The use of silhouette foregrounds the ideas of racial distinction and identity which Toni Morrison consistently explores: white is separated from black as society demanded both in the novel’s setting of 1850s America and for a considerable period of the author’s life. However, the fact that the silhouette is not entirely monochromatic belies further artistic consideration. The crimson marks on the child’s face refer to the central event within the novel – the mother (Sethe) murdering her own child (Beloved) – and the white discolouration on the mother figure may imply her motivation to commit such a tragic act. The novel is based on the true story of fugitive slave Margaret Garner and explores how the atrocities committed by the white plantation owners of ‘Sweet Home’ convince Sethe to murder her own child rather than be made to suffer herself. This white discolouration of the silhouette thus shows that Sethe is not solely culpable for her act, but that her experiences have driven her to infanticide – just as when she is called an ‘animal’, it is clear that only the animalistic tortures she has endured have made her an instinctive creature. Morrison’s exploration of the guilt Sethe feels for destroying her own ‘best self’ is reflected in this cover art as the novel’s title – the name of the murdered child – springs from and is connected to Sethe’s mind.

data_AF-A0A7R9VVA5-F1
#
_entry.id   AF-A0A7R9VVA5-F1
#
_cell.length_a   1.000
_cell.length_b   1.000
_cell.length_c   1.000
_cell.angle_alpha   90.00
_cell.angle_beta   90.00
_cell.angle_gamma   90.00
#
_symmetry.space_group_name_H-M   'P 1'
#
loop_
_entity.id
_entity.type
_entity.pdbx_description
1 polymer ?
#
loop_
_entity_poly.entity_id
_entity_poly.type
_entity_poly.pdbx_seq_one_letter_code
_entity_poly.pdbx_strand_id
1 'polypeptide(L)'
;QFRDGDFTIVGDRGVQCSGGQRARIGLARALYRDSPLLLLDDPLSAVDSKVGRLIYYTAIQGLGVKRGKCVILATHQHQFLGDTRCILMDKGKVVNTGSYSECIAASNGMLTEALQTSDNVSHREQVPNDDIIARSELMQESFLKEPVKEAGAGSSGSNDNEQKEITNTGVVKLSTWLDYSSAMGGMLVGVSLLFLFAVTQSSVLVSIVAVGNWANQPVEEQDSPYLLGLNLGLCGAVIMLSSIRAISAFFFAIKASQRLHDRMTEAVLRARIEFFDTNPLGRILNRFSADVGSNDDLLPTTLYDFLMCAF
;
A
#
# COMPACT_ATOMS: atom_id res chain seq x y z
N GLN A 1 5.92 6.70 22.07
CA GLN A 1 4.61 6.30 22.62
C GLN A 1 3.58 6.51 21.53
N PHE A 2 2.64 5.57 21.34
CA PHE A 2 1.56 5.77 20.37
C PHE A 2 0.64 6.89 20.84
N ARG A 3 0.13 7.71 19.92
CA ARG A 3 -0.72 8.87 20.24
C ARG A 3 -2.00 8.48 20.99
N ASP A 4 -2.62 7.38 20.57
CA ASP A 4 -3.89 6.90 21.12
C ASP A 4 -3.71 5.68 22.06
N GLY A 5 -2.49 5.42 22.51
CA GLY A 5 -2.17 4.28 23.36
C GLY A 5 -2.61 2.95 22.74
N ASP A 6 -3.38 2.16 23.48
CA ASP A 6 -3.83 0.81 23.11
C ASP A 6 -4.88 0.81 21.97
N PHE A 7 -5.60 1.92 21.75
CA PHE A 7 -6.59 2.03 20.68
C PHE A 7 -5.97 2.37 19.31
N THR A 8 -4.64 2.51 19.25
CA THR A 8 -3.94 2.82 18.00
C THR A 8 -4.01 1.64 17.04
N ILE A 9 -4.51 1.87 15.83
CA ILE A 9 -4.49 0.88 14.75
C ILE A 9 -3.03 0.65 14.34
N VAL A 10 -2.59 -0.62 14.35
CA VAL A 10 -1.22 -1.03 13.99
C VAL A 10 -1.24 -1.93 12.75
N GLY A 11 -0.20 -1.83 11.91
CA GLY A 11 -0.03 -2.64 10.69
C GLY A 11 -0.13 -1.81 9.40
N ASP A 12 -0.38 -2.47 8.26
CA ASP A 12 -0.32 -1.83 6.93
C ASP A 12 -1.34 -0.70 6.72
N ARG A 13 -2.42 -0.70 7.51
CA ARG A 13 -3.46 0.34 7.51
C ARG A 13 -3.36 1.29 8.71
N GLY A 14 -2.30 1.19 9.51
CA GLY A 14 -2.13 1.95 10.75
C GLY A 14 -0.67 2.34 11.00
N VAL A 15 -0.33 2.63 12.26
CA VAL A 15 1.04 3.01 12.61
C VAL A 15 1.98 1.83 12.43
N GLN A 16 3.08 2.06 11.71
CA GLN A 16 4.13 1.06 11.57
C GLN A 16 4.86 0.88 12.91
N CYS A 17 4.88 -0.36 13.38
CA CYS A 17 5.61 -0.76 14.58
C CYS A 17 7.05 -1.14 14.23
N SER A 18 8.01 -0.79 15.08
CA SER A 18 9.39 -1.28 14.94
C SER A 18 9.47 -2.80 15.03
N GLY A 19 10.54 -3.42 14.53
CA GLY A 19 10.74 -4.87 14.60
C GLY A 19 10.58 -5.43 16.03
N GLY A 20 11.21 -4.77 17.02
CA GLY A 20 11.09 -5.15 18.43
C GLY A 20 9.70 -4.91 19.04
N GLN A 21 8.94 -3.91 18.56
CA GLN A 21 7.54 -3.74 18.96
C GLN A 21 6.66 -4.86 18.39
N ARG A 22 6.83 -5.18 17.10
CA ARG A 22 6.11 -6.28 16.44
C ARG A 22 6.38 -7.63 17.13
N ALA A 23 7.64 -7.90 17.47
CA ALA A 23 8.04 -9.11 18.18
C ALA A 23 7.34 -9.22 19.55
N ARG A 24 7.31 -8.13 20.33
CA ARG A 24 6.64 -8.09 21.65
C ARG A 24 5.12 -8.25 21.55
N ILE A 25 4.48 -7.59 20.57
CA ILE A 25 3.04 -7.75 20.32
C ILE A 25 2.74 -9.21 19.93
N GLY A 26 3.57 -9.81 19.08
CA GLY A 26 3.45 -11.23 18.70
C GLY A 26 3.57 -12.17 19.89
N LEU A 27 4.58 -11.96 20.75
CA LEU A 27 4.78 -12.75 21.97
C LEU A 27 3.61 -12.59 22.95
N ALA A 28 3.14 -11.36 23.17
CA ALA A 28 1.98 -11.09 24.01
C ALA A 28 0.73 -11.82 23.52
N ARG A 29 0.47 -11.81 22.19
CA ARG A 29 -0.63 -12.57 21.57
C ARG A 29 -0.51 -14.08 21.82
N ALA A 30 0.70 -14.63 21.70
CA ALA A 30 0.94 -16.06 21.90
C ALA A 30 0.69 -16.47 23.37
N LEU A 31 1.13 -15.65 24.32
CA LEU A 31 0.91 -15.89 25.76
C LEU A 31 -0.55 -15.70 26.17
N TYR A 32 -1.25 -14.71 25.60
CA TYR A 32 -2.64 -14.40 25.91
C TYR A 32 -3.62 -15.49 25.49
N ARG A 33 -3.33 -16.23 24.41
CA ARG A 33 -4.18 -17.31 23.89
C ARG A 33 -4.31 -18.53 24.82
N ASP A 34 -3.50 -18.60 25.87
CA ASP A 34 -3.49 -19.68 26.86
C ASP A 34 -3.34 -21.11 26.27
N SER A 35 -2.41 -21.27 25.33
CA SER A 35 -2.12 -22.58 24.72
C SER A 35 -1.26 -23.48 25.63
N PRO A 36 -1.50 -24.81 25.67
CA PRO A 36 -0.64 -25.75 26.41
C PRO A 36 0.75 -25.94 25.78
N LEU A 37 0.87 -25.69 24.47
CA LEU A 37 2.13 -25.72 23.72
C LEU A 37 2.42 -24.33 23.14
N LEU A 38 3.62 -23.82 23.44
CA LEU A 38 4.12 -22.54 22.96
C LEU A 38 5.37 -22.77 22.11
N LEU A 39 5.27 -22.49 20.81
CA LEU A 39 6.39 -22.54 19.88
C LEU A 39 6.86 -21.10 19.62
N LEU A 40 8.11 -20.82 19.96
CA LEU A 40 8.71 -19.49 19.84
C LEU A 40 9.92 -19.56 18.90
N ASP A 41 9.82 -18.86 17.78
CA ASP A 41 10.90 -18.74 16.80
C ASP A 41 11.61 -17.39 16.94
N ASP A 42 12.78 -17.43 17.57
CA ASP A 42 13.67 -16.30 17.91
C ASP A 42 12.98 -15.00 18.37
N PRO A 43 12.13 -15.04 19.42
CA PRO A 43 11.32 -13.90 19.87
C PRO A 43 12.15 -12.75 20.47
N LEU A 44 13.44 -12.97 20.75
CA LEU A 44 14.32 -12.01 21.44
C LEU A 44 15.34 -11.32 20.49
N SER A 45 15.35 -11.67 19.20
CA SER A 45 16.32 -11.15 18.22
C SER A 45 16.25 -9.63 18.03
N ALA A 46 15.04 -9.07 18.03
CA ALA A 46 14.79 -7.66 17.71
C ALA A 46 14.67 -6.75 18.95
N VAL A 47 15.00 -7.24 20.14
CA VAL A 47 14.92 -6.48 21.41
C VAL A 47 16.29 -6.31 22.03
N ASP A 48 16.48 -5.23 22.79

The cover becomes a total reversal of the idea of the colour white as indicative of ‘good’ and black of ‘evil’. Whilst Sethe is never able to escape her guilt, here ‘white’ is free of such a sense of moral culpability. The influence of white atrocities appears as an indelible stain on her moral purity and figure.